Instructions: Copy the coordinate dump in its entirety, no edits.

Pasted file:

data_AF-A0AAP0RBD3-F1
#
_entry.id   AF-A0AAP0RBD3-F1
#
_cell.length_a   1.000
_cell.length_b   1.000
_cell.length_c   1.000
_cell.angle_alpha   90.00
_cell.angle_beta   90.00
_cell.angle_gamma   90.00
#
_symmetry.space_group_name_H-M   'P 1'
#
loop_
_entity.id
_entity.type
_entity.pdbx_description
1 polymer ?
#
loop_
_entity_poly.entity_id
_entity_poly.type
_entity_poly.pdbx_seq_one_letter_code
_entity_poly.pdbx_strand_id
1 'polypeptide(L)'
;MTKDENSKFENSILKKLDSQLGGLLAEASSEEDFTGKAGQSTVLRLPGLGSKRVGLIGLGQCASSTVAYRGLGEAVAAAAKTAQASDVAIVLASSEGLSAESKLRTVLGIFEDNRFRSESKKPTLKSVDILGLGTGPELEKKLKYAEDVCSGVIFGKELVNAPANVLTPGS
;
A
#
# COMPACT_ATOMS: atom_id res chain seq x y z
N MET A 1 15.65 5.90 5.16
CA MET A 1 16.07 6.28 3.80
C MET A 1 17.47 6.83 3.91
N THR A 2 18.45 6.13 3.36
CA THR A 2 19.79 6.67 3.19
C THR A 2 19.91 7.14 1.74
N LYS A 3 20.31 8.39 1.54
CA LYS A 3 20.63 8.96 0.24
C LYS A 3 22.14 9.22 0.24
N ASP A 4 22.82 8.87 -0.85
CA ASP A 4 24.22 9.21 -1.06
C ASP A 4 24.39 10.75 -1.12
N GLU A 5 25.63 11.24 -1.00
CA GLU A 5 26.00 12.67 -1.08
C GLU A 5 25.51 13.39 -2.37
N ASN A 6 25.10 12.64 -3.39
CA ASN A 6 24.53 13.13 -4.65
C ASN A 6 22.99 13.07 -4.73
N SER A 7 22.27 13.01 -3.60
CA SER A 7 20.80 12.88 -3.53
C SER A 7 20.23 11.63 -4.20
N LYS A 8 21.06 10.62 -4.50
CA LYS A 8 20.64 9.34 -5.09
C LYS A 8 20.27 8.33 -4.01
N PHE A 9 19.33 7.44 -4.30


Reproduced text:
data_AF-A0AAP0RBD3-F1
#
_entry.id   AF-A0AAP0RBD3-F1
#
_cell.length_a   1.000
_cell.length_b   1.000
_cell.length_c   1.000
_cell.angle_alpha   90.00
_cell.angle_beta   90.00
_cell.angle_gamma   90.00
#
_symmetry.space_group_name_H-M   'P 1'
#
loop_
_entity.id
_entity.type
_entity.pdbx_description
1 polymer ?
#
loop_
_entity_poly.entity_id
_entity_poly.type
_entity_poly.pdbx_seq_one_letter_code
_entity_poly.pdbx_strand_id
1 'polypeptide(L)'
;MTKDENSKFENSILKKLDSQLGGLLAEASSEEDFTGKAGQSTVLRLPGLGSKRVGLIGLGQCASSTVAYRGLGEAVAAAAKTAQASDVAIVLASSEGLSAESKLRTVLGIFEDNRFRSESKKPTLKSVDILGLGTGPELEKKLKYAEDVCSGVIFGKELVNAPANVLTPGS
;
A
#
# COMPACT_ATOMS: atom_id res chain seq x y z
N MET A 1 15.65 5.90 5.16
CA MET A 1 16.07 6.28 3.80
C MET A 1 17.47 6.83 3.91
N THR A 2 18.45 6.13 3.36
CA THR A 2 19.79 6.67 3.19
C THR A 2 19.91 7.14 1.74
N LYS A 3 20.31 8.39 1.54
CA LYS A 3 20.63 8.96 0.24
C LYS A 3 22.14 9.22 0.24
N ASP A 4 22.82 8.87 -0.85
CA ASP A 4 24.22 9.21 -1.06
C ASP A 4 24.39 10.75 -1.12
N GLU A 5 25.63 11.24 -1.00
CA GLU A 5 26.00 12.67 -1.08
C GLU A 5 25.51 13.39 -2.37
N ASN A 6 25.10 12.64 -3.39
CA ASN A 6 24.53 13.13 -4.65
C ASN A 6 22.99 13.07 -4.73
N SER A 7 22.27 13.01 -3.60
CA SER A 7 20.80 12.88 -3.53
C SER A 7 20.23 11.63 -4.20
N LYS A 8 21.06 10.62 -4.50
CA LYS A 8 20.64 9.34 -5.09
C LYS A 8 20.27 8.33 -4.01
N PHE A 9 19.33 7.44 -4.30